Classic Thai-Chinese cuisine seasoned with fermented soybean paste, garlic, fresh chilies, and Thai basil.
Makheua yao pad tao jiao, a traditional Thai-Chinese meal of stir-fried eggplant with minced pork, is among my favourite ways to eat eggplant. The simple but fragrant meal is a staple at the curry and rice stands known as khao gaeng, and it’s also often cooked at home using tao jiao (fermented yellow bean sauce), garlic, fresh chilies, and licorice-tasting Thai sweet basil.
Chinese influence led to the spread of wok cooking in contemporary Thai cuisine, which is most often associated with fast food joints and fine dining establishments, especially the kind of cooking that calls for high temperatures to create the smokey taste known as wok hei. Wok hei can be created on a stovetop, but I think it’s better left to professional chefs using commercial woks and high-powered burners. Cooking the components for a meal in smaller batches and mixing them at the end helps avoid steaming your ingredients to mush, therefore I believe home chefs should concentrate on other principles of stir-frying instead.
Cornstarch, white vinegar, water, and salt form a protective coating that inhibits enzymatic browning, a chain reaction that happens in certain foods when their sliced surfaces are exposed to air. I apply this mixture to the eggplant slices before putting them in the oven. After that, I quickly fried the eggplant in high oil to soften it while keeping its beautiful purple colour. After the eggplant is done, I brown the ground pork with the garlic and chiles and leave it aside while I create the sauce; this keeps the pork from drying out as a regular stovetop burner can’t bring sauces to a quick boil like a wok burner would. To finish the meal, I return the eggplant and pork to the pan and bring the sauce prepared with tao jiao, oyster sauce, and soy sauce, along with water and sugar to balance the taste, to a quick simmer. This meal is delicious with fragrant jasmine rice and is finished with Thai basil for a herbal kick.
If you want to make twice as much, you’ll need to prepare it in repeated batches. Avoid doing it all at once; on a home cooktop, this stir-fry exceeds the maximum quantity I would suggest frying in a wok.
When making stir-fry, Sauce:
- 40 grammes of Thai fermented soybean paste, or around 2 teaspoons
- Oyster sauce, especially Thai style, 1 tablespoon (15 ml)
- Light soy sauce, either Thai or Chinese, 2 teaspoons (10 ml)
- 1 tsp. sugar (3 g)
- Two Tablespoons (about 30 ml) of Water
The Eggplant Needs to Know:
- For frying eggplant, you’ll need 1 cup (240 ml) of neutral oil, such vegetable oil.
- Two Japanese eggplants, weighed to be around 12 ounces (340 grammes), peeled, halved lengthwise, and sliced on the bias into 1-inch sections
- Cornstarch, 1 tablespoon (15 g)
- White vinegar, 1 tsp (5 ml)
- Water, two teaspoons’ worth (around 10 millilitres).
- Kojic salt
Ground pork, about 5 ounces (150 grammes) for the stir-fry
- Five pea-sized garlic cloves (25 grammes), crushed and coarsely sliced
- 2–3 stemmed and thinly sliced fresh Thai chilies (2–3g total)
- Approximately 30 grammes (1 ounce) of fresh sweet basil leaves, put into a cup (a.k.a. Thai basil)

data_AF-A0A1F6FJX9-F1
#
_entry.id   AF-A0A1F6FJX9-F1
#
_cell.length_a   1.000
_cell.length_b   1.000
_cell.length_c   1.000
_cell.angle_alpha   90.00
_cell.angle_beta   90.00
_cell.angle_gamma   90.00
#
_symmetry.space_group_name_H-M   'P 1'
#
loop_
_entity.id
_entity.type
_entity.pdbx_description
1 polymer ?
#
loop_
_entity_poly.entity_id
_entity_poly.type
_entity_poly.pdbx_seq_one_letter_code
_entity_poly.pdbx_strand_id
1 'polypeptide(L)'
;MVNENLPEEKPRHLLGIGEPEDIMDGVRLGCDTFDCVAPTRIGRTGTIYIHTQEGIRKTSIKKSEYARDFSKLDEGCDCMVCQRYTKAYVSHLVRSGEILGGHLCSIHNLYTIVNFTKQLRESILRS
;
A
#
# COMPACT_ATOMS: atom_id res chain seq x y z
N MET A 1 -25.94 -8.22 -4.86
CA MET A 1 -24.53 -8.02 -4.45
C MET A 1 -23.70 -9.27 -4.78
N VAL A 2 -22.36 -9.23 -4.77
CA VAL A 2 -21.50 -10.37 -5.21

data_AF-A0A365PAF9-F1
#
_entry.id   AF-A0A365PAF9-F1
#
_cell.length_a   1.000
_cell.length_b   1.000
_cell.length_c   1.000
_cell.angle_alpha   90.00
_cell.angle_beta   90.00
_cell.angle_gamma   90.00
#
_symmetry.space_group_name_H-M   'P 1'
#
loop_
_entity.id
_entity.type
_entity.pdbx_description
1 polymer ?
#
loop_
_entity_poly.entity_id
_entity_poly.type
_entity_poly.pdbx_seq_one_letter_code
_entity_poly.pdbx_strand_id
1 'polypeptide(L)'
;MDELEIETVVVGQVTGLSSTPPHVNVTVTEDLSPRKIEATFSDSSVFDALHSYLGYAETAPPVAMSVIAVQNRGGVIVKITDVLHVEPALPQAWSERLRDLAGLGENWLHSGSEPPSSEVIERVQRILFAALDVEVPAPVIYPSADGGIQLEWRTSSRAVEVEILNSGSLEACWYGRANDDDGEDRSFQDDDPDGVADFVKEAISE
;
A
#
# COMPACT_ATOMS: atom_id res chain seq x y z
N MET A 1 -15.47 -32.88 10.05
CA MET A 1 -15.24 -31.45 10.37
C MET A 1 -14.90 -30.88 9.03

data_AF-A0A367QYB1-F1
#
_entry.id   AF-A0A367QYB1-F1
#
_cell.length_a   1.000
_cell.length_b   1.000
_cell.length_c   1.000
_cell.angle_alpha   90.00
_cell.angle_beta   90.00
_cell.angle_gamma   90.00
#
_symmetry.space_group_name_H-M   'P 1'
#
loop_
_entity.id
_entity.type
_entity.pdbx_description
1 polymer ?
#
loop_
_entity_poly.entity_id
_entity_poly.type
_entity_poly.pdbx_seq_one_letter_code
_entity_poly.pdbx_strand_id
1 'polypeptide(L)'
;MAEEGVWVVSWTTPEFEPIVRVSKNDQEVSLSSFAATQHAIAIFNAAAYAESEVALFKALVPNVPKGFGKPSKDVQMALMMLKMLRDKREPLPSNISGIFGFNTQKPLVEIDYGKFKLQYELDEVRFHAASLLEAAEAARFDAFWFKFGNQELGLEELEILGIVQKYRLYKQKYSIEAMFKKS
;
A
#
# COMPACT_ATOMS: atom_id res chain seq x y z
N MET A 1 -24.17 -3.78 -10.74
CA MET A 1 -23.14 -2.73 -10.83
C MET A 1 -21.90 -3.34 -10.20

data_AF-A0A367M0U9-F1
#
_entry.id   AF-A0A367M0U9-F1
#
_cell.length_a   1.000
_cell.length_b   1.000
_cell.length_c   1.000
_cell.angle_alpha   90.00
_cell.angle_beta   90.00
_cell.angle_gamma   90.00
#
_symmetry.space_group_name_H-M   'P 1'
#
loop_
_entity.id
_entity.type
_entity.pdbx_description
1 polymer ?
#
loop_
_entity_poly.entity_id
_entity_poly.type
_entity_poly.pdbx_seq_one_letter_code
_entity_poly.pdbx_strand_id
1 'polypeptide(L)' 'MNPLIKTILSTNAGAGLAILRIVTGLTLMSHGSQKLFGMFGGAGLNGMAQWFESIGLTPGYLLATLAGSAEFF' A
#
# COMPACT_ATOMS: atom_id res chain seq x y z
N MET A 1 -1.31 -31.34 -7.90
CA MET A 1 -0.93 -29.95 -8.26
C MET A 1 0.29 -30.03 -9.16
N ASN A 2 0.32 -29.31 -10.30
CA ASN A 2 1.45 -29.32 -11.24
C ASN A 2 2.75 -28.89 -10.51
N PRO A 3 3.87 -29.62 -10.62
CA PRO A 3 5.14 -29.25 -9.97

Here are the stir-fry sauce’s how- to’s: Combine the fermented soy bean paste, oyster sauce, soy sauce, sugar, and water in a small bowl and mix until smooth. Take out of the way.
A dark sauce is blended together in a metal bowl: The Eggplant Needs to Know Arrange some paper towels on a baking sheet with a lip. Prepare a big heatproof mixing bowl with a sieve and place it on a safe, heatproof surface. Oil should be heated to 400 degrees Fahrenheit (205 degrees Celsius) in a wok over high heat. Eggplant, cornflour, vinegar, water, and salt should be combined in a separate, big mixing dish. Combine using your hands to get a complete coating. Carefully toss half the eggplant into the pan and stir-fry for approximately 30 seconds, or until cooked through. Transfer the eggplant to the prepared baking sheet using the spider skimmer. Bring oil back up to temperature (around 205 degrees Celsius) and cook the remaining eggplant. Carefully pour the heated frying oil through a sieve into a big mixing bowl after all of the eggplant has been cooked; then put aside to cool before discarding or reserving. Clear the residue from the wok and place it back on the burner.
For the Stir-Fry: Collage of four images showing eggplant in various stages of preparation: unmixed mixture in a bowl, eggplant covered in mixture in a bowl, eggplant being scooped out of oil in a wok with a spider, and an above view of eggplant frying in a wok.
Prepare the following ingredients for the stir-fry: Bring the wok back up to a smoky high heat. After reserving the oil used to cook the eggplant, add 2 teaspoons (30 ml) and swirl the wok to cover the bottom and sides with oil. Put the pork in the pan and flatten it out with the spatula. Leave the pork alone for approximately 20 seconds, or until the underside is gently browned. Turn the pork over and use the spatula to cut it up into little bits while you stir it continually. After 1 minute, add the garlic and chile and simmer while stirring continually until aromatic. The pork mixture should be moved to a small bowl and put aside.
Carbon steel wok, wok spatula.
Make-Ahead and Storage
Stored in an airtight container, the sauce will keep indefinitely in the refrigerator.
|HomePage||larsas kitchen chicago|
|Food Cuisines||Click here|